Anemonefishes can be remarkably variable in their appearance, not just across species, but within them as well. The shape of their markings can often differ quite prominently among individuals, which is exemplified beautifully by this nearly naked Blackfoot Anemonefish (A. nigripes).
This species is a common sight on coral reefs of the Maldives and Sri Lanka, and it tends to have a very consistent appearance. But this individual clearly didn’t get the memo, as it has just the faintest trace of what would normally be a fairly robust white stripe behind the head.
I’ve placed this species as a member of the widespread perideraion group, better known as “Skunk Clownfishes” in the aquarium trade. The similarities are obvious, but, surprisingly, I’ve never seen this pointed out elsewhere. They share the same host anemone species (Heteractis magnifica), they live in the one part of the Indo-Pacific where we don’t find any of the striped skunk species, they’re roughly the same size and they have the same overall patterning, save for the lack of a dorsal stripe in this fish.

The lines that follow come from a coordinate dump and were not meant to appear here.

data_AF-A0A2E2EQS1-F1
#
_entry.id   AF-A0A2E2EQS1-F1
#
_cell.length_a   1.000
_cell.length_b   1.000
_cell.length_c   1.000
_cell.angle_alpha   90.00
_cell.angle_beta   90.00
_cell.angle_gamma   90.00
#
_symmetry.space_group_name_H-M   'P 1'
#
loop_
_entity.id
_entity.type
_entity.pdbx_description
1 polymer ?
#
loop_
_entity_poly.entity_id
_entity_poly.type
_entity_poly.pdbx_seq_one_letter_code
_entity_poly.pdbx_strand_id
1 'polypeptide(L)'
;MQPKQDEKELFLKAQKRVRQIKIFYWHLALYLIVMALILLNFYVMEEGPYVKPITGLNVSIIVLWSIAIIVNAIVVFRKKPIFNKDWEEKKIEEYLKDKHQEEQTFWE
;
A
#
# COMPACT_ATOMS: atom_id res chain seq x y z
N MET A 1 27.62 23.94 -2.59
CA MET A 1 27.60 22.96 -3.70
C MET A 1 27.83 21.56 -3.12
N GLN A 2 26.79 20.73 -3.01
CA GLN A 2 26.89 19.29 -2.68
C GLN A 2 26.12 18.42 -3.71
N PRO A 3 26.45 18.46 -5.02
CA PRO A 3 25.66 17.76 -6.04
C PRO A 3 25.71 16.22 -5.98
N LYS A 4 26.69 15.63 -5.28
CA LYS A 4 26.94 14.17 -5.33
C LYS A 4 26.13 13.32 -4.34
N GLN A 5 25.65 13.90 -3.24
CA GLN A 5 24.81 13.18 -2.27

When you see a specimen like this one, which was photographed in the Maldives, it really highlights just how skunk-like this fish is when compared with the other species present in the Indian Ocean, the African Skunk Anemonefish (A. cf akallopisos) and the Andaman Skunk Anemonefish (A. akallopisos). All that’s needed is for someone to draw a white dorsal stripe on this fish…